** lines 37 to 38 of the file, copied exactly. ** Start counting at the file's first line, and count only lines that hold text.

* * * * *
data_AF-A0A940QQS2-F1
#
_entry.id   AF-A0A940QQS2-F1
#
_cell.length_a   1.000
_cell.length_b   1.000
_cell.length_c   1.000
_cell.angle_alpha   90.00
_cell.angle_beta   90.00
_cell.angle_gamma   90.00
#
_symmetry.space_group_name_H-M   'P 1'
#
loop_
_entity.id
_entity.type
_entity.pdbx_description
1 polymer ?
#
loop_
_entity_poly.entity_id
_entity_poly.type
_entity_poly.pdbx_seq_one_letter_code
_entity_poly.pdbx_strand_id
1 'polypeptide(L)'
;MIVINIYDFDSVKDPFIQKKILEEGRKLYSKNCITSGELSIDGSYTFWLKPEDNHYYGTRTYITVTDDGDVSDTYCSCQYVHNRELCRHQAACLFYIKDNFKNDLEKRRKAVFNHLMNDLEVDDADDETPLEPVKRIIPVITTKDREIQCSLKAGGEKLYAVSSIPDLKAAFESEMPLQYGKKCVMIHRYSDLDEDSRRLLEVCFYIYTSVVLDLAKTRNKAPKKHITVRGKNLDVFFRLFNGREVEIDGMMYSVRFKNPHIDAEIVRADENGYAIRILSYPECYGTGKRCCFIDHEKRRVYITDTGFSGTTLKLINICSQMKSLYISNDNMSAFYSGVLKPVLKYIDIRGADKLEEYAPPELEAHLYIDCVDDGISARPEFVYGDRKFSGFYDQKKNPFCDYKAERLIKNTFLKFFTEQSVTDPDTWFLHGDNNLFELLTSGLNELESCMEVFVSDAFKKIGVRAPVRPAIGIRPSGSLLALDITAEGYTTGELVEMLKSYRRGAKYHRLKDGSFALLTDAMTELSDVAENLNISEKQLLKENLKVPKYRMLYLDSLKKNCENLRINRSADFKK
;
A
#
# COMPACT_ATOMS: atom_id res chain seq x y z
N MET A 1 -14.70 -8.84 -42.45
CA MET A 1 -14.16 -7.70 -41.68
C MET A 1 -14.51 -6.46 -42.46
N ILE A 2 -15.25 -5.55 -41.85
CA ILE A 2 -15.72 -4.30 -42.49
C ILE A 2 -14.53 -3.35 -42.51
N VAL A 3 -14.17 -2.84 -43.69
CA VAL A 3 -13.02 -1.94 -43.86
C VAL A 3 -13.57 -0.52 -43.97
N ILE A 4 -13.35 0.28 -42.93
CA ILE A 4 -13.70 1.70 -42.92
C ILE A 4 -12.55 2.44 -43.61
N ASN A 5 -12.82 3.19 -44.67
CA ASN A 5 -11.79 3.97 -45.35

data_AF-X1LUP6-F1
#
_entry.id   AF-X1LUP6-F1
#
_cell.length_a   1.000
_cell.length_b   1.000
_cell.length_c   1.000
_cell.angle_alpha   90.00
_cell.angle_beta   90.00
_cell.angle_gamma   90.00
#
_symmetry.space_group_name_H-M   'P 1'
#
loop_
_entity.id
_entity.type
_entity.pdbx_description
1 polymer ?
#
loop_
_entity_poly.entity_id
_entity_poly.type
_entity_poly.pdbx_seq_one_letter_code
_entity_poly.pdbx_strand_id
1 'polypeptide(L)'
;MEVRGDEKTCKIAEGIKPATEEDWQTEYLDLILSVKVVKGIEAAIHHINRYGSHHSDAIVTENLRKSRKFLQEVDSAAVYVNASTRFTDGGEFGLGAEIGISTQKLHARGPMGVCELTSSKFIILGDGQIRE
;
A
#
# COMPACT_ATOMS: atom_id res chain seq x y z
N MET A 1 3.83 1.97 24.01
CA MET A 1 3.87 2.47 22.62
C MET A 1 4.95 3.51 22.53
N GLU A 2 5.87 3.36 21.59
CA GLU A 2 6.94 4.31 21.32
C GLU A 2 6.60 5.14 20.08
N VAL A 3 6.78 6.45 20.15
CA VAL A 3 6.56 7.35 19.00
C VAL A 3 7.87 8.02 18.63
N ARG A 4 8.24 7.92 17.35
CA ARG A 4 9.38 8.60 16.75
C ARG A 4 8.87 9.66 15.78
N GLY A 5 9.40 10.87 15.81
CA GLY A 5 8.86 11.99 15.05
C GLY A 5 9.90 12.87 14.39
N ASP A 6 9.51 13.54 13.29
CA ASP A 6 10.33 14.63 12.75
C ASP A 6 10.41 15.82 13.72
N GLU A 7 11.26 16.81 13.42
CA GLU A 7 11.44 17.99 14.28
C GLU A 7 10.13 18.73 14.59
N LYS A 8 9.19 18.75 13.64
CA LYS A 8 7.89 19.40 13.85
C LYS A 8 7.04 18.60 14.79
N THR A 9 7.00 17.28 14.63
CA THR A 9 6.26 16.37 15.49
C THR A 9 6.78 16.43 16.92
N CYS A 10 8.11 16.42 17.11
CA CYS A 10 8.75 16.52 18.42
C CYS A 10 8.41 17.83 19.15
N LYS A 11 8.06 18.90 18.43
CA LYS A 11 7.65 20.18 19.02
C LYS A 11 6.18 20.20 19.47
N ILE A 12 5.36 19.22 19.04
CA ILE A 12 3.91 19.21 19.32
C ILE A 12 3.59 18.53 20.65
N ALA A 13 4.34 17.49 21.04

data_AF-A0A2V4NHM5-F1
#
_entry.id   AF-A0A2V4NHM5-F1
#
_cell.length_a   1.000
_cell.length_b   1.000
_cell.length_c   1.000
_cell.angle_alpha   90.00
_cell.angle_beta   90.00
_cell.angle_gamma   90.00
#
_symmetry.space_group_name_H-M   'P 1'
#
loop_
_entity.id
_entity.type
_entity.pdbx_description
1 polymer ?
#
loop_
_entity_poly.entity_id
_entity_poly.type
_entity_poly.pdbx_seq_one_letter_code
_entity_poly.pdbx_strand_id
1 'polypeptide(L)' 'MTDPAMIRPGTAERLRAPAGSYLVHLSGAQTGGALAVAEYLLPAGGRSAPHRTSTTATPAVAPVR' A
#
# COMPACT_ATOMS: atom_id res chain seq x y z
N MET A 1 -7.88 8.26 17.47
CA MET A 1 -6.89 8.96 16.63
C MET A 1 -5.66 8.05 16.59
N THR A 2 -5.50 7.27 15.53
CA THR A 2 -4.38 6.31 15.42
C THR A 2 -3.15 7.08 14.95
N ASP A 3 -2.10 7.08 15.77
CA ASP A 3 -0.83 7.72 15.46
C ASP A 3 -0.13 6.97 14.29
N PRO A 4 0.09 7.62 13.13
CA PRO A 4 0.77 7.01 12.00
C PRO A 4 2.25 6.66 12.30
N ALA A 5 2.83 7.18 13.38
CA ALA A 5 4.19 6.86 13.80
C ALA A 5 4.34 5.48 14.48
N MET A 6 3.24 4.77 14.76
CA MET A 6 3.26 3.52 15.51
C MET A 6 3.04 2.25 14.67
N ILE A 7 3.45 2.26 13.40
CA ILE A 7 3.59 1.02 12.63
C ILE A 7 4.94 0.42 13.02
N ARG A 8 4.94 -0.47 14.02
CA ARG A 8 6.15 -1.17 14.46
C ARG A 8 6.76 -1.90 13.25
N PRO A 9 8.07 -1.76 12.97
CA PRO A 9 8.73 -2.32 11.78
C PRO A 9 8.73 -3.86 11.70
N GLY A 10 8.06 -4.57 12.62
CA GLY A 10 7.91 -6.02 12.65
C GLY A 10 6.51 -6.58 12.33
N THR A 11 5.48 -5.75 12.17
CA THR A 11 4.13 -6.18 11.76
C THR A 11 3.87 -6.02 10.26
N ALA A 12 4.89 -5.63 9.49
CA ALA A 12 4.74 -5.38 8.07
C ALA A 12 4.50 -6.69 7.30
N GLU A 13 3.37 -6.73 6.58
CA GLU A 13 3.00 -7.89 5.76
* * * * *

N VAL A 3 -14.17 -2.84 -43.69
CA VAL A 3 -13.02 -1.94 -43.86